Today’s economy is presenting several opportunities for companies to move into better and larger spaces. Deals are there for the taking; however, finding and securing them is a whole other story.
Even though the commercial real estate process is long, detailed and arduous, many companies are trying to secure deals on their own due to cost-cutting measures.
But, says J. Howard Rambin III, the CEO of Moody Rambin Interests, going it alone will end up costing a company more than it saves, which is why he recommends working with a quality tenant representative.
“A good tenant representative knows the intricacies and nuances of the market, the landlords and the financers,” Rambin says. “If you’re not in the real estate market all day, every day, there’s no way you can know all of that.”
Smart Business spoke with Rambin about tenant representation and how a tenant representative can help your company save time and money and find the perfect space.
Why is having quality tenant representation so important in today’s business climate?
Now more than ever, companies are looking for value. Tenant representation will save you time, money and the hassle of having to run around town looking for the best deal. Tenant representatives have a proprietary, up-to-date, industry-comprehensive database of all of the vacant office and industrial space in your area and nationwide. They can determine the exact spaces that match your desired image and operational requirements. They’ll also help you ensure the operational and cost efficiencies of the space.
Besides that, tenant representatives have working relationships with landlords and owners. If you try to call a landlord or building owner, you’re going to play a lot of phone tag — they are historically bad about returning calls to the public. But, those same owners and landlords know the tenant representatives, and they know that the reps won’t waste their time. Your tenant representatives will do all of the market studies and preparation work, and they’ll get the landlords and owners to the table.
No matter how well you may know your city, market or industry, we all need professionals to help us navigate the details and nuances of real estate transactions, especially today, when every dollar counts.
What makes for a good tenant representative?
More than anything, a tenant representative has to instill trust in you, the client. He or she will do this through great communication, a proven track record and an intricate knowledge of the market. If any of these pieces are missing, you should look elsewhere for tenant representation. Bottom line, you want someone who is more concerned with your goals and objectives than their own commission.
What are the consequences of working without a tenant representative?
It’s like if you try to represent yourself in a complex court case or give yourself an operation — if you don’t know the ins and outs of the process, several important details can be missed. Landlords are pros; they lease properties all day, every day. A typical tenant only goes through the lease process every three to 10 years. A tenant representative will help you negotiate and gain leverage with the landlords and owners. The rep will have knowledge of other deals the landlord did in the past, market conditions, how much the owner paid for the building and upcoming lease expirations, among many other factors. If you try to go it alone, you’re at the mercy of the landlord and owners.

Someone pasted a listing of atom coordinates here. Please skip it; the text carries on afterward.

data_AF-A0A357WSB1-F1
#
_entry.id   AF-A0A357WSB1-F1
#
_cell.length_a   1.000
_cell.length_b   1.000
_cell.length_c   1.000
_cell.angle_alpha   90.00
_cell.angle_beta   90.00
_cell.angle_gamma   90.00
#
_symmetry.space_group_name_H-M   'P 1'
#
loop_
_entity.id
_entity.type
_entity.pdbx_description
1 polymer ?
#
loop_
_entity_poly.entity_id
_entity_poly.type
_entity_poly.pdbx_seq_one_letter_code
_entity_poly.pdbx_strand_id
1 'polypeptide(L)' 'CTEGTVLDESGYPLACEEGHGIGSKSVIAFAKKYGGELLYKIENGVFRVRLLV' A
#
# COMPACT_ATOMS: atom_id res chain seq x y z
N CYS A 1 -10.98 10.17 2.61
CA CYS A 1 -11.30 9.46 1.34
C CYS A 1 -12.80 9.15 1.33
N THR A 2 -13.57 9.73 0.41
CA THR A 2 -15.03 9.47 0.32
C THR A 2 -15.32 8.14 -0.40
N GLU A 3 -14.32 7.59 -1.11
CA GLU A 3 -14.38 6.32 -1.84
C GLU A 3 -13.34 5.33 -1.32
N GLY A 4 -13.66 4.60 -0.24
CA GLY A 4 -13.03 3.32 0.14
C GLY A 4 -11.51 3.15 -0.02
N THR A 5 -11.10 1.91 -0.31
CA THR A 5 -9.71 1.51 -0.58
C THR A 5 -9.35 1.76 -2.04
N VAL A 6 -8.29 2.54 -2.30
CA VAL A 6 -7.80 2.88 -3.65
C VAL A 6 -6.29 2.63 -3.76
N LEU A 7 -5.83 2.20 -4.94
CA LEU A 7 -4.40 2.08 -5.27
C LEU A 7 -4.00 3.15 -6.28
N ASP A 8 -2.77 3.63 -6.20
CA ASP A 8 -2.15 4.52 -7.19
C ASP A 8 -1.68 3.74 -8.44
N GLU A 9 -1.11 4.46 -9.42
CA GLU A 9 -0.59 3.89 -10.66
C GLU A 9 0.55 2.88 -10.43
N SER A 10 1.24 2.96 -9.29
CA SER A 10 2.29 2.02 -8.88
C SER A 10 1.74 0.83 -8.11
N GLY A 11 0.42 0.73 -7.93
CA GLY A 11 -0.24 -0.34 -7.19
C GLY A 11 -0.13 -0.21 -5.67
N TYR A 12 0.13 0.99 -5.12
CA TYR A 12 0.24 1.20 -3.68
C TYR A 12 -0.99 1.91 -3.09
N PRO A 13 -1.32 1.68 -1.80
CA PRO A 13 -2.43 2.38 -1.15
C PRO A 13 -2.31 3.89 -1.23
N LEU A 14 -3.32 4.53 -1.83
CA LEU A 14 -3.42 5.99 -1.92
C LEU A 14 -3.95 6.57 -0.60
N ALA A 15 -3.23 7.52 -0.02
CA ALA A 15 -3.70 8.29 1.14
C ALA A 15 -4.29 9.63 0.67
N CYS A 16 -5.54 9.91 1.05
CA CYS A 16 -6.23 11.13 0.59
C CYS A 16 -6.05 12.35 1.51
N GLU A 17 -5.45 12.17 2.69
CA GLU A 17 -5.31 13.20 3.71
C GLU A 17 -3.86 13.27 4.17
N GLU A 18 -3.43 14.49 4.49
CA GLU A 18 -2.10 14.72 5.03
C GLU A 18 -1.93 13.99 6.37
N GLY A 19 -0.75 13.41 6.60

At what point should a company contact a tenant representative?
Obviously, the sooner the better — don’t wait until you absolutely need new space to start looking for one. Typically, the larger the tenant, the more time it takes. The lead time for an extremely large company is usually two to three years; for a smaller company, six to seven months.
What types of cost savings can be realized by utilizing a tenant representative?
The key here is to focus on the cost of occupancy, not the rental rate. Like when you buy a car, you need to look at the total cost of ownership over the life of the car, not just the sticker price. There are several items that can be put into a lease outside of the rental rate that will nickel and dime you to death over the course of the lease. A tenant representative will help you avoid these costs, typically saving you anywhere from 10 to 30 percent.
What questions should be asked when meeting with a prospective tenant representative?
When meeting with a prospective tenant representative, ask the following questions:
? What is your experience in this market and with space in the size I’m looking for?
? How will you communicate with me throughout the process?
? What is your current workload? Will you have the time and energy to focus on my deal?
? Is what I’m looking for consistent with the other deals you do, or will I be a small fish in your big pond?
J. Howard Rambin III is the CEO of Moody Rambin Interests. Reach him at (713) 773-5504 or HRambin@moodyrambinint.com.